Home > Injury Prevention, Recovery & Regeneration > Lower limb compression improves recovery following intense bouts of exercise

Lower limb compression improves recovery following intense bouts of exercise

Jakeman, J. R., C. Byrne, et al. Lower limb compression garment improves recovery from exercise-induced muscle damage in young, active females. European Journal of Applied Physiology 109(6): 1137-1144, 2010.

PMID: 20376479

RATIONALE & PURPOSE: High intensity physical activity is associated with a significant physiological demand placed on the body’s muscle tissue. Today’s competitive climate surrounding athletics is characterized by a high frequency of competition and training sessions that commonly occur “back-to-back” in a short time frame, commonly not permitting time for adequate rest and recovery. The level of play and performance that is represented by today’s athlete commonly requires a large volume of high-intensity physical activity, increasing demand on the body’s musculature, potentially leading to exercise-induced muscle damage (EIMD). EIMD is associated with impaired muscle function, delayed-onset muscle damage, decreased self-paced exercise performance, and increased perceived exertion during exercise. It is intuitive the above signs and symptoms of EIMD may contribute to performance decrements for the athlete. It is thus imperative that efficacious, evidence-based clinical practices targeted at minimizing the effects of EIMD be deployed by sports medicine professionals to facilitate recovery after strenuous physical activity with a potential benefit of improving athletic performance and decreasing injury risk. The purpose of this study was to examine the efficacy of the use of lower limb compression on recovery from EIMD symptoms, and to determine if the use of compression clothing after high-intensity exercise affects subsequent athletic performance.

OVERVIEW OF RESEARCH METHODS: Seventeen (n=17) physically active females participated in this study. Participants were randomized to a treatment (n=8) and passive recovery (n=9) group. Individuals in the treatment group used lower limb compression tights for 12 hours immediately following a bout of damaging plyometric exercise (10 x 10 repetitions of plyometric drop jumps from 0.6 m box). Athletic performance measures (squat jump height, counter-movement vertical jump height, isokinetic knee extensor strength), perceived soreness (visual analogue scale), and muscle damage (creatine kinase activity) were collected as markers of EIMD following the damaging exercise. EIMD indicators were collected prior to and 1, 24, 48, 72, and 96 hours post-exercise. Indicators of EIMD were compared between the treatment and passive recovery groups.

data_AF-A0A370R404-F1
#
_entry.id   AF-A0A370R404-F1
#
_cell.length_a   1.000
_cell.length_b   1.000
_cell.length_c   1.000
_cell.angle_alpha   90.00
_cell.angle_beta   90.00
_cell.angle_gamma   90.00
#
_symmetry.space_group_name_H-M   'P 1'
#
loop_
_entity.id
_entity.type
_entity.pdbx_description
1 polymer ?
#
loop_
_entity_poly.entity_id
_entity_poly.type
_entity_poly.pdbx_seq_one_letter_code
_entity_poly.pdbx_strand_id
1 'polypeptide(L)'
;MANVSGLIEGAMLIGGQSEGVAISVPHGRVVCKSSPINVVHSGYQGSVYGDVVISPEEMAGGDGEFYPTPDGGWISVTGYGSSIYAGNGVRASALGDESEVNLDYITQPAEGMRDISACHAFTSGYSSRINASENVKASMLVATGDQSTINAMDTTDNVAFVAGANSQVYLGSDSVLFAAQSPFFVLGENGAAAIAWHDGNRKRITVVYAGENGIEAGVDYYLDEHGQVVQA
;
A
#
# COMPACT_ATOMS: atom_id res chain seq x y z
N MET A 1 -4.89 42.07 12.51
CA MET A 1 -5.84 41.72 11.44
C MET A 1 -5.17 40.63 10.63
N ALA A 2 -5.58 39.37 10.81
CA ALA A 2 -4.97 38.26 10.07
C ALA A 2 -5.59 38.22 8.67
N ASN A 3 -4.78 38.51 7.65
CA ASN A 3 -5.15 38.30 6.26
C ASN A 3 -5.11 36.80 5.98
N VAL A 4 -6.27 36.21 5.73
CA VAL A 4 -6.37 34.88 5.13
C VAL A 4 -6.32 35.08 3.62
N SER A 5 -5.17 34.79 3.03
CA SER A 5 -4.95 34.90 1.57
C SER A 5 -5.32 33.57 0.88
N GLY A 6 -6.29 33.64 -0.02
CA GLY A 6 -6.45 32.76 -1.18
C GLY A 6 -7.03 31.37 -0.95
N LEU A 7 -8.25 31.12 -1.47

KEY FINDINGS:

Perceived Muscle Soreness:  Individuals using the compression clothing experienced decreased soreness compared to the individuals in the passive recovery group. Individuals using the compression clothing reported less soreness at 1, 24, 48, and 72 hours after damaging exercise.

Squat Jump Height:  The compression-clothing group experienced less of a decrement in squat jump performance compared to the passive recovery group. A less severe performance decrement was observed at 24, 48, 72, and 96 hours following damaging exercise.

Countermovement Jump Height:  At the 48 hour mark the compression clothing group experienced less of a decrement in countermovement vertical jump performance compared to the passive recovery group. There was no significant difference in countermovement vertical jump performance between the treatment and passive recovery group at all other time points.